A Stunning Lack Of Access To Podiatric Services
There is a severe lack of access to podiatric services in several countries that have rapidly escalating prevalence of diabetes, according to Dr. Boulton.
For example, 1 to 5 percent of India’s 1 billion people, about 30 million, have type 2 diabetes. The hallmark of diabetes is gross infection, according to Dr. Boulton. He says factors which contribute to late presentation include frequent barefoot gait, attempts at home surgery, trusting in faith healers and undetected diabetes. While India has a few specialized centers in major cities, Dr. Boulton said diabetic foot care is mostly disorganized and India lacks podiatrists and orthotists.
Diabetic foot care is also very problematic in South Africa. Ten percent of a country with 40 million people have diabetes. Dr. Boulton said there are only 200 podiatrists in the country, not all hospitals have podiatrists and the level of diabetic foot care varies greatly across the country.
“It appears that whereas the illusion of good global foot care remains, we have reason to be hopeful that improvements will continue,” said Dr. Boulton.
He cited the efforts of the Netherlands where well-trained podiatrists are available specifically for diabetic patients in 32 percent of the hospitals. He noted Belgium’s national training program in diabetic foot care for those who treat diabetic patients and doctors who work at multidisciplinary foot clinics. Dr. Boulton also praised Australia for its “well-developed healthcare system” and its efforts to establish a national diabetes foot care network to address the shortage of multidisciplinary clinics.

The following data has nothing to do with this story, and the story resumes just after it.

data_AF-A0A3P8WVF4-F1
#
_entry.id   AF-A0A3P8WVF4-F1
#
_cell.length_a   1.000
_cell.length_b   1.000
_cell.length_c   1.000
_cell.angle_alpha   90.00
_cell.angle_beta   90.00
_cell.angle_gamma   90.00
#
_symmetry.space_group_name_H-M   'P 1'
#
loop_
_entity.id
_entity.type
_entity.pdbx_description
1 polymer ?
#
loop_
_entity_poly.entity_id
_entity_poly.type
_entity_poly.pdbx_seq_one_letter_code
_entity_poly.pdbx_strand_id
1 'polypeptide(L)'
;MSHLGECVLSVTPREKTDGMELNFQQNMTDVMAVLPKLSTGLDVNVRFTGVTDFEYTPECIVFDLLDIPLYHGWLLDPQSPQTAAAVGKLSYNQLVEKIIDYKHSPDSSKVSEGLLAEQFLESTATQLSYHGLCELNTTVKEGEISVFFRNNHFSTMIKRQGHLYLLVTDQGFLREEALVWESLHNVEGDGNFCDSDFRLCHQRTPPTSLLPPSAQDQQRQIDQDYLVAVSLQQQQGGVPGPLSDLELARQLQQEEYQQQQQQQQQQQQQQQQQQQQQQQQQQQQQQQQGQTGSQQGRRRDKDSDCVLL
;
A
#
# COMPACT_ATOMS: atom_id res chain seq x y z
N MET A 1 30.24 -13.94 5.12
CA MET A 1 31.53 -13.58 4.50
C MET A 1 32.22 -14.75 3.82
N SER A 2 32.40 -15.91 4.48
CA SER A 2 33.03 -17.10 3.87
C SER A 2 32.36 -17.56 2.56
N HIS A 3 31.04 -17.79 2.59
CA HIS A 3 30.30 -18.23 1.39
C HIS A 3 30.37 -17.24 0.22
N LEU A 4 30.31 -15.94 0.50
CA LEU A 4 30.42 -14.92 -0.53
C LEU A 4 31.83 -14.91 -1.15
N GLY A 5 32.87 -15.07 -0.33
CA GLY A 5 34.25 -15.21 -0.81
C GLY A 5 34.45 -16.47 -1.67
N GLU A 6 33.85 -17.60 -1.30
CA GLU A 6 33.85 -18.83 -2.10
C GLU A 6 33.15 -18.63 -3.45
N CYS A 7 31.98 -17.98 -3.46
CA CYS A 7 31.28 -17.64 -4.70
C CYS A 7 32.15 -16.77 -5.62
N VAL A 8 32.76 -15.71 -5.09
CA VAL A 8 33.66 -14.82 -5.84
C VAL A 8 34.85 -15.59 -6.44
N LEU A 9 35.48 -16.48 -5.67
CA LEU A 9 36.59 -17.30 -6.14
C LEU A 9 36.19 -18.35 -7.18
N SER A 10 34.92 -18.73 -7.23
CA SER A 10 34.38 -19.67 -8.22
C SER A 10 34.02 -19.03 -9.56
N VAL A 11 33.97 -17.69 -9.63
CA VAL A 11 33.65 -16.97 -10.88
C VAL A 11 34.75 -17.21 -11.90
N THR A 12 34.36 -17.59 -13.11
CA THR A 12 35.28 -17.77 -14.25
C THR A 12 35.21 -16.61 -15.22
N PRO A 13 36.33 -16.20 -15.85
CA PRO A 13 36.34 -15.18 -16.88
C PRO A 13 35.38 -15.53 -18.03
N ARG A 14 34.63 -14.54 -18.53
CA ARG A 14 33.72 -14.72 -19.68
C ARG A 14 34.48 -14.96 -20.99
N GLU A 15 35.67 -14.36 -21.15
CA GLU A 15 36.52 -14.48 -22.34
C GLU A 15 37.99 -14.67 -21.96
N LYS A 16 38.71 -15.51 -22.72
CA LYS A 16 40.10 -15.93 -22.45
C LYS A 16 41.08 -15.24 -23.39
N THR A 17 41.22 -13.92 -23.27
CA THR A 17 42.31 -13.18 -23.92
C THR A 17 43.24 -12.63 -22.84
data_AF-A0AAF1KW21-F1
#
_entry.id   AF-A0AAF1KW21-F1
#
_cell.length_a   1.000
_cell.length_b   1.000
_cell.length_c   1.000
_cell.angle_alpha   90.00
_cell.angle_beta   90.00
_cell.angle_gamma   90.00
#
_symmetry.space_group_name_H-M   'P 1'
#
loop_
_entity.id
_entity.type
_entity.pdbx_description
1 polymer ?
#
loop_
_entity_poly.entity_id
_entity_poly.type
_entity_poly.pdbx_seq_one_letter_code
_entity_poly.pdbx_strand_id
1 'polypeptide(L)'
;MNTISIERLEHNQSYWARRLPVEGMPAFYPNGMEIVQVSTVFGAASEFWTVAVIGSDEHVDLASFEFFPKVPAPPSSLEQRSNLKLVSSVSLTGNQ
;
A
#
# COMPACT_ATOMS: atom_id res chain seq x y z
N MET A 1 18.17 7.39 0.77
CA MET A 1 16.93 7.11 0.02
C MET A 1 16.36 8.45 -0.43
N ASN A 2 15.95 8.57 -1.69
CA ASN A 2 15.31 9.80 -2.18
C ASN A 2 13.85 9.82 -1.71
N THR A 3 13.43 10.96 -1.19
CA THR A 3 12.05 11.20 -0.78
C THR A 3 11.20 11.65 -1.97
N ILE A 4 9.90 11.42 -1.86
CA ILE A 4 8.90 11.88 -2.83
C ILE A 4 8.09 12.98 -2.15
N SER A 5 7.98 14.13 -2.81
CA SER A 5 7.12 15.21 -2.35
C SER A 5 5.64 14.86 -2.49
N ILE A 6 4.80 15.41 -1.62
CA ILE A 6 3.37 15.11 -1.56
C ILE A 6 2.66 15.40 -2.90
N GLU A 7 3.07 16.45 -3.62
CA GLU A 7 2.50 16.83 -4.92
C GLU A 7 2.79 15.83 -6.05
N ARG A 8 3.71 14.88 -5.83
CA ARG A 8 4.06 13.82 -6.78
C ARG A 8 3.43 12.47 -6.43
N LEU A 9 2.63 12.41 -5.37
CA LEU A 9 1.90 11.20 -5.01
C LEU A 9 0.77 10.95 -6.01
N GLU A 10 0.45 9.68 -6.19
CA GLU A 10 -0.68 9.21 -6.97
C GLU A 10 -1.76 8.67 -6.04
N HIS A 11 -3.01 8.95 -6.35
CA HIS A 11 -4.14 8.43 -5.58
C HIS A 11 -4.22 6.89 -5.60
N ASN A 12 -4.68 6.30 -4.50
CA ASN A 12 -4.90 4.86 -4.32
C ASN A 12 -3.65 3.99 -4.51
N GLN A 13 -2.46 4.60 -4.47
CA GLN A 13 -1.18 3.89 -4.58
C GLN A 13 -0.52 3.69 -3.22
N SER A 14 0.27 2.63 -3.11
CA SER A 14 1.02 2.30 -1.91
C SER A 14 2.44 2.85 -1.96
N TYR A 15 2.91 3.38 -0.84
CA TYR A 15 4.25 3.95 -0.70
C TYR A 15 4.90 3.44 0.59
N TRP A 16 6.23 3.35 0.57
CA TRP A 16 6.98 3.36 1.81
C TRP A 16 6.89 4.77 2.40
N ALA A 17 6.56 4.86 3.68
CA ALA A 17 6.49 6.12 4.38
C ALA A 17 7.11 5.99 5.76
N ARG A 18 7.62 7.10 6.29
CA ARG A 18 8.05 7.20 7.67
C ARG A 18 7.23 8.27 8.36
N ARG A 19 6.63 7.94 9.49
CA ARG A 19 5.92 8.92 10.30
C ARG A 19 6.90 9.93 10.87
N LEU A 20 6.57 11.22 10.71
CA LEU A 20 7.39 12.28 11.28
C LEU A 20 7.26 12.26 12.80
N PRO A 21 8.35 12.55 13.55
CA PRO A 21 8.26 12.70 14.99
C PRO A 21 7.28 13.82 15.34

What Influential Educators Thought
Lee Sanders, DPM, Former President of Health Care and Education for the American Diabetes Association (ADA), says Dr. Boulton’s address signaled diabetes is a growing global problem.
Early diagnosis and treatment are essential to making inroads in reducing diabetes complications. Up to 10 percent of patients with diabetes are likely to have had past or present ulcerations and about 1 percent have already had amputations, according to Dr. Boulton. He said diabetes is the major cause of non-traumatic amputation in many Western countries and rates are as much as 15 times higher than in the non-diabetic population.